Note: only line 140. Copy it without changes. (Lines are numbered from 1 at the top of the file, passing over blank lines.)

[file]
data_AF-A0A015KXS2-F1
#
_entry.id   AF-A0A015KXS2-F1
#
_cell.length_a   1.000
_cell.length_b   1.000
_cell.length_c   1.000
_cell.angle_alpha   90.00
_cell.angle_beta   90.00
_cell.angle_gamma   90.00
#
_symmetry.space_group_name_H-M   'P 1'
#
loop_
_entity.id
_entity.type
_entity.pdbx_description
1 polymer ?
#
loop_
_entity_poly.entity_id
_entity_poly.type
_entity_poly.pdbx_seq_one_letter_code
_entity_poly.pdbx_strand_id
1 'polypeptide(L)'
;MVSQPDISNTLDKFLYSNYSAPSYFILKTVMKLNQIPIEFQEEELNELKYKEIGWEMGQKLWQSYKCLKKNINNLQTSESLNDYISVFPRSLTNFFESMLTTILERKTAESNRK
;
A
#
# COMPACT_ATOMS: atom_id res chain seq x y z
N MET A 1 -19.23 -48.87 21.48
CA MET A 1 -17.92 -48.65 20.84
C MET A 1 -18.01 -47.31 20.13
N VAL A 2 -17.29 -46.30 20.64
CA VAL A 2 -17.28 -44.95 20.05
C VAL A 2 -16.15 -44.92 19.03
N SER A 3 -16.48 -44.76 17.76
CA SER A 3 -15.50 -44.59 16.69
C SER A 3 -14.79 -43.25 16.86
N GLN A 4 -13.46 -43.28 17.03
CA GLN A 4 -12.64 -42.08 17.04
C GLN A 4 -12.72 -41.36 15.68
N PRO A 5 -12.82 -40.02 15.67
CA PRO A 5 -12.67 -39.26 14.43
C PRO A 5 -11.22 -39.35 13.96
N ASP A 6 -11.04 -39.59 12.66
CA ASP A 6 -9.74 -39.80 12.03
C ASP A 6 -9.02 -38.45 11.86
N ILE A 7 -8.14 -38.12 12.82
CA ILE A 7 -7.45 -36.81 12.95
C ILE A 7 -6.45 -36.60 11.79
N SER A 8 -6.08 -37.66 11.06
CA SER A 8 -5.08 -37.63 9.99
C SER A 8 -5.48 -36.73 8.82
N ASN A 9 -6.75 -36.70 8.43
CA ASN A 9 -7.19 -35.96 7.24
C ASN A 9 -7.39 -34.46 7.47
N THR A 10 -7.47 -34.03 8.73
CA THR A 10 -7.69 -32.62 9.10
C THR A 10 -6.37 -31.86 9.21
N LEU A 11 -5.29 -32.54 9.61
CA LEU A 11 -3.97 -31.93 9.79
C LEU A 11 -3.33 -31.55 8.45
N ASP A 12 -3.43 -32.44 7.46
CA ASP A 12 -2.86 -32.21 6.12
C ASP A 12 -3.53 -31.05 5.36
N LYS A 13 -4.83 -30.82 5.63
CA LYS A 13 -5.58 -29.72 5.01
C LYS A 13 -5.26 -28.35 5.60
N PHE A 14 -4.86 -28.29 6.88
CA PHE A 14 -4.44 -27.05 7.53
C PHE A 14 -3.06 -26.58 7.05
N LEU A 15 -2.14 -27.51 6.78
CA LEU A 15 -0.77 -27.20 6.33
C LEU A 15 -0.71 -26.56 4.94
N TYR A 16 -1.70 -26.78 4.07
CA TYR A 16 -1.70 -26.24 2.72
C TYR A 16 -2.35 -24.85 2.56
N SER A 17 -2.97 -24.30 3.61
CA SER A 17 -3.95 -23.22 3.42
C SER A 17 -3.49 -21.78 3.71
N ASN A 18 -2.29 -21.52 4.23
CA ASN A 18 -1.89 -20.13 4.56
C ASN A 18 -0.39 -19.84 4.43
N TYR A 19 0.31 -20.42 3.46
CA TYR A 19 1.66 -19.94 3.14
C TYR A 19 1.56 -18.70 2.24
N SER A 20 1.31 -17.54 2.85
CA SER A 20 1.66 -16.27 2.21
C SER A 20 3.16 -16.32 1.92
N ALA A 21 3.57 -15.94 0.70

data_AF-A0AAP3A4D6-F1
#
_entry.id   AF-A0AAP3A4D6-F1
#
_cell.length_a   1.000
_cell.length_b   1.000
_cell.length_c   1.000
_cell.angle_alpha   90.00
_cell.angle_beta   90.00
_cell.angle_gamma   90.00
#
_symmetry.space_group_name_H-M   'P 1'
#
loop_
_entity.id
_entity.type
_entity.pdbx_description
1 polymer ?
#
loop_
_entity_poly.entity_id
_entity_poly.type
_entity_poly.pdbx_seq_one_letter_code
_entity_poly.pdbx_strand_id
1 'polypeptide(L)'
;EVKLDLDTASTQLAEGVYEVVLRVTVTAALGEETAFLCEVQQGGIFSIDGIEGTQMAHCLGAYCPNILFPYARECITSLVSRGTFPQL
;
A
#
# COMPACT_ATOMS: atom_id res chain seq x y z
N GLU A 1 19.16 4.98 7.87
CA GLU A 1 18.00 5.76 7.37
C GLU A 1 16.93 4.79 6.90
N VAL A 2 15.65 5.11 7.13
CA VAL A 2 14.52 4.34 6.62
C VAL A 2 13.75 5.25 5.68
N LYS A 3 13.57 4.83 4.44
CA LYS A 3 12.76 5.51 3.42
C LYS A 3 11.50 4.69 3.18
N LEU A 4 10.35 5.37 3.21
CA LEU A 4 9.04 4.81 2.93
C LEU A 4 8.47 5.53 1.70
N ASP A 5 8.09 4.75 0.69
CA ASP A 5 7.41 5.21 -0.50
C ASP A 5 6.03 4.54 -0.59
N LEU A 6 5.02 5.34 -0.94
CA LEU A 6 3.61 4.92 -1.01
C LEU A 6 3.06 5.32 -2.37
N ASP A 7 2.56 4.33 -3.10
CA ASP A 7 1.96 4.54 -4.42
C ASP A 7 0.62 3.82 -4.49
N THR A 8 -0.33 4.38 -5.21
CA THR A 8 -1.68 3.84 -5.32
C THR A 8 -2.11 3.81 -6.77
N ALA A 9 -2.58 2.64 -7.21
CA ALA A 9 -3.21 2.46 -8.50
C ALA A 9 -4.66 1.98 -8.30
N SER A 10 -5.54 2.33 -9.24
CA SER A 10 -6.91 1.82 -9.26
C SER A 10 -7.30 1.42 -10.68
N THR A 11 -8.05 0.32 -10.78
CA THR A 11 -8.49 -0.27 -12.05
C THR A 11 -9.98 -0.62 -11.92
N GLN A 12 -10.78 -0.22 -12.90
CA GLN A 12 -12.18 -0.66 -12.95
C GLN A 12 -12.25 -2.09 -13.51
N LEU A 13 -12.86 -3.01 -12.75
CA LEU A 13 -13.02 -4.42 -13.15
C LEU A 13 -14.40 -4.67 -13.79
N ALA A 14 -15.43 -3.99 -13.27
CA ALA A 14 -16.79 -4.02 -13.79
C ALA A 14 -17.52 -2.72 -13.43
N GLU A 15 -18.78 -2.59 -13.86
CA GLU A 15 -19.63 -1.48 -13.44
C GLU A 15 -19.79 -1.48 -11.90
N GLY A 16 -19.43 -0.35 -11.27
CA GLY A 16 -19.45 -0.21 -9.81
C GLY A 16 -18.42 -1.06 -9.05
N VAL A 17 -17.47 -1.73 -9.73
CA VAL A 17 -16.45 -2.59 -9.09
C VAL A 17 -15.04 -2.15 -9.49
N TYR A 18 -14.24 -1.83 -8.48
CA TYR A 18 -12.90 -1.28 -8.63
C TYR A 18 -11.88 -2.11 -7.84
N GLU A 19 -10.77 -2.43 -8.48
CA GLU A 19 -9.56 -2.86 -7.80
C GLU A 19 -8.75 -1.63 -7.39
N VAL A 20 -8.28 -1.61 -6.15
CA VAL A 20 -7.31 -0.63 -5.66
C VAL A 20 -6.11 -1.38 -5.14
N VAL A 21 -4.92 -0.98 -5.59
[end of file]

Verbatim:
N ASP A 7 2.56 4.33 -3.10